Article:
"What the heck is window time?" you may ask. Well simply put window time is something in my mind I thought of to describe a lot of how MS feels. MS is like walking down a very long hallway, The drugs you take, the drugs you take for the drugs you take etc, can leave you feeling pretty numb. To me the numbness are the plain white walls, blank empty nothing, the windows though, the windows are the good parts, The parts where your kids play with you, or you see them accomplish something, a good date with the wife, a funny movie. Quite simply the windows are where you stop your travel and just enjoy life. Every time I go to the Rocky Mountain MS clinic I find myself surrounded by a lot of folks who don't have many windows in their hallway. Those folks make me ensure that my hallway will be filled with LOTS of windows.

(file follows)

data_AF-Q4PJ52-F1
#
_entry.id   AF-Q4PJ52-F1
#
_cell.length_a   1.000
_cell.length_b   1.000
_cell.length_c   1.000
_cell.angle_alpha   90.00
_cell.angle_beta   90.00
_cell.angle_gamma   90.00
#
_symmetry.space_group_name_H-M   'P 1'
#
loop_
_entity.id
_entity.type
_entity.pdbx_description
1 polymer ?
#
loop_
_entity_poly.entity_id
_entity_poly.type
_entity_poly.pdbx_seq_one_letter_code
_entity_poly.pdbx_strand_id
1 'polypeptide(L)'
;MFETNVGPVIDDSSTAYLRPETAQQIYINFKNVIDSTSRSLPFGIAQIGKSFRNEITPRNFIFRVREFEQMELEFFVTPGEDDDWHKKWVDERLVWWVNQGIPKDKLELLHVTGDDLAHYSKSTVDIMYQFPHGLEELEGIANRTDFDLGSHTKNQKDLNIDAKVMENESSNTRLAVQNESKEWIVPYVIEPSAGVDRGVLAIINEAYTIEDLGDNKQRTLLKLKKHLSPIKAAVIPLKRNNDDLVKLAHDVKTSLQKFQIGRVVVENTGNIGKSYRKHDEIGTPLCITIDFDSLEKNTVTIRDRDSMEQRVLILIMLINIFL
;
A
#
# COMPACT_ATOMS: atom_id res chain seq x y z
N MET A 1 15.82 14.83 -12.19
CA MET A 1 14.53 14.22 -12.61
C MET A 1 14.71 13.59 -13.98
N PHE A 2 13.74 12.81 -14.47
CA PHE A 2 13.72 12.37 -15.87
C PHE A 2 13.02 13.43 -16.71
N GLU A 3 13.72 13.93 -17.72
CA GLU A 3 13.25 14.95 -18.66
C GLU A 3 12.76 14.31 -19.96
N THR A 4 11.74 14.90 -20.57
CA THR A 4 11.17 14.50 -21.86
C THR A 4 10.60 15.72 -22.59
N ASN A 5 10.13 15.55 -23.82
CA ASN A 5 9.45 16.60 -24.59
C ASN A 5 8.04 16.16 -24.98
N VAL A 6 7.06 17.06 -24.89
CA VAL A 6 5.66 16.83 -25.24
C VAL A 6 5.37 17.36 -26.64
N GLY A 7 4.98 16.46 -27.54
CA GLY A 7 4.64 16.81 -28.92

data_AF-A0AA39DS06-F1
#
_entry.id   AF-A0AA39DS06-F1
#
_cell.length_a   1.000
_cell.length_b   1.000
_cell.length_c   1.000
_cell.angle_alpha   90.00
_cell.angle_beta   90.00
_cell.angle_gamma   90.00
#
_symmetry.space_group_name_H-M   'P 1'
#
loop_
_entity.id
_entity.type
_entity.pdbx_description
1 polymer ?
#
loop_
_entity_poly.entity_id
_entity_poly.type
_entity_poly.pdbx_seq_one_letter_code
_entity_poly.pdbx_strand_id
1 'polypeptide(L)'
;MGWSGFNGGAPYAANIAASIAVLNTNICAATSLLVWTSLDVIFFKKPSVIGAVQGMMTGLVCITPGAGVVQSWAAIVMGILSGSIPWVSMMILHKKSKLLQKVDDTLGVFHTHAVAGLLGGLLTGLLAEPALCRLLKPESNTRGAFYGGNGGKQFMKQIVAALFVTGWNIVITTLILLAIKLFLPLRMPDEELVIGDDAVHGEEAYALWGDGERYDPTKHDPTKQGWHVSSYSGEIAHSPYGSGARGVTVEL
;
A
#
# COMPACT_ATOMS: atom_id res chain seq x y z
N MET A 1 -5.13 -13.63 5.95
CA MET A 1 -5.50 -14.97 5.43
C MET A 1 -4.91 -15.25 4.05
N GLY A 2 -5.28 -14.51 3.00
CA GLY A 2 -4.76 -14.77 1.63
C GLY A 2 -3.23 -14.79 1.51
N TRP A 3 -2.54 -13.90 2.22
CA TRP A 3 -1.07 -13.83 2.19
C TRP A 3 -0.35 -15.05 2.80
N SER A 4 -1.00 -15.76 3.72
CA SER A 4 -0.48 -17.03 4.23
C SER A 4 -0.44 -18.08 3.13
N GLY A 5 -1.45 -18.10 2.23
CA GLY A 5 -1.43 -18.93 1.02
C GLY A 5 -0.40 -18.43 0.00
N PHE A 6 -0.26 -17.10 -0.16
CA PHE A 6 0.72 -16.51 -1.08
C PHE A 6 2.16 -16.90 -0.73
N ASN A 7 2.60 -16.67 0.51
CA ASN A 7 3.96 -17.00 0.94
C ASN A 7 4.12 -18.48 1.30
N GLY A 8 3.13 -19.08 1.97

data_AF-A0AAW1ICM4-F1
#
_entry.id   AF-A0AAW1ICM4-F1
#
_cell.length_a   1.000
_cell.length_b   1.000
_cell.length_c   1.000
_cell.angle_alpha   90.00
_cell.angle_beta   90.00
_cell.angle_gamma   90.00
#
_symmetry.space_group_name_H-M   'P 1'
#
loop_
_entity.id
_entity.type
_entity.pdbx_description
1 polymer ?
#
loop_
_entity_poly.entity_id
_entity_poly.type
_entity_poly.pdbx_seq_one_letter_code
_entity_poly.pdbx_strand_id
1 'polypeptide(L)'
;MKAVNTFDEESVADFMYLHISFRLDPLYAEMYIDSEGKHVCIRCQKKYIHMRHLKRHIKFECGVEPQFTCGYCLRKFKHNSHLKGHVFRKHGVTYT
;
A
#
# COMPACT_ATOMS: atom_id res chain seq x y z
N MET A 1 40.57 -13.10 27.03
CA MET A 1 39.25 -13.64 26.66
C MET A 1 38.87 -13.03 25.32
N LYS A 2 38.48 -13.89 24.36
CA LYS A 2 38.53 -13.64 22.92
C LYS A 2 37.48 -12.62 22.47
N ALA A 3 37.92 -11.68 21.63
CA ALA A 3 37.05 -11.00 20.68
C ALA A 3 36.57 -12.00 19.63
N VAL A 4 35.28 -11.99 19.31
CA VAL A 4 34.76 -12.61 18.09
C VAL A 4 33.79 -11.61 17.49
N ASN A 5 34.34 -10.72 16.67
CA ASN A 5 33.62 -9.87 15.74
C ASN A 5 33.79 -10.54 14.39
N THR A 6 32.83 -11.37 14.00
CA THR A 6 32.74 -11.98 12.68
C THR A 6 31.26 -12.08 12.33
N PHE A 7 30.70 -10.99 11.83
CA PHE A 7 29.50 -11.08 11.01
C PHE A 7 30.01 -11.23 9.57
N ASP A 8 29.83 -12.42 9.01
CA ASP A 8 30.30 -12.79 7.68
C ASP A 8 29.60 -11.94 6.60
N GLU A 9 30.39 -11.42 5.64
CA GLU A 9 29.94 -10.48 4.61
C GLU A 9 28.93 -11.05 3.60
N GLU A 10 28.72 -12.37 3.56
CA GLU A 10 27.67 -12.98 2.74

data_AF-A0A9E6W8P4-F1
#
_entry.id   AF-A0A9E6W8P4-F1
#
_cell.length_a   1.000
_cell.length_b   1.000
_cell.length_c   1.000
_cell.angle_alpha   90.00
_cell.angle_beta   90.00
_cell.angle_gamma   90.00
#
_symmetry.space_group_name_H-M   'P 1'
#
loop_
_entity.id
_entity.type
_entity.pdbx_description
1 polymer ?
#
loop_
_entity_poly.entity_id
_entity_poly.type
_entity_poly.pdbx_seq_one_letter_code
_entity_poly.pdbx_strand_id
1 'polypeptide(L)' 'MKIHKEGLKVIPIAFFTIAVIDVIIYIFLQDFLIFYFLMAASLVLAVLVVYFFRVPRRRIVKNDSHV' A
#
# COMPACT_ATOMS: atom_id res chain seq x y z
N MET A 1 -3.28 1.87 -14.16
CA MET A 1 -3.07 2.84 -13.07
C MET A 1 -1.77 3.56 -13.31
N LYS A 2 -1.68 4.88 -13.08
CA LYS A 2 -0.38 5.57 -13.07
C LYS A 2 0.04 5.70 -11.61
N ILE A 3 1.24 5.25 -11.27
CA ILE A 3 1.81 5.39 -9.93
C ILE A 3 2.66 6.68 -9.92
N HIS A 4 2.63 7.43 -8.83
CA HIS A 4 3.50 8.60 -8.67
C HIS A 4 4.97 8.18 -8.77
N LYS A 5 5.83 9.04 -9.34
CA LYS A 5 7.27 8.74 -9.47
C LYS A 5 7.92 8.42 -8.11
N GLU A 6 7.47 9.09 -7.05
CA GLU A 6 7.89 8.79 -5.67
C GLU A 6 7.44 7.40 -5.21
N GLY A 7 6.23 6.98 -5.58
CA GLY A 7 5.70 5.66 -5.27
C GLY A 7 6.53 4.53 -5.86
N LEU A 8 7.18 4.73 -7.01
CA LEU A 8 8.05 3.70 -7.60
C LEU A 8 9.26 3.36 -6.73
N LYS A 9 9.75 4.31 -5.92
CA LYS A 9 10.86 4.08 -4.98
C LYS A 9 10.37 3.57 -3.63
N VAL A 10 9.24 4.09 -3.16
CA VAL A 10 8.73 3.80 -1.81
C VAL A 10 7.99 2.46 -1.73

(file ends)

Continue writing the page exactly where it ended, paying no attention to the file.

Yes, as I write this I am tired beyond measure. I yearn for sleep, but my son will get up soon and all these desires for sleep will go away for a bit. I think I am going to look out one of those windows for awhile.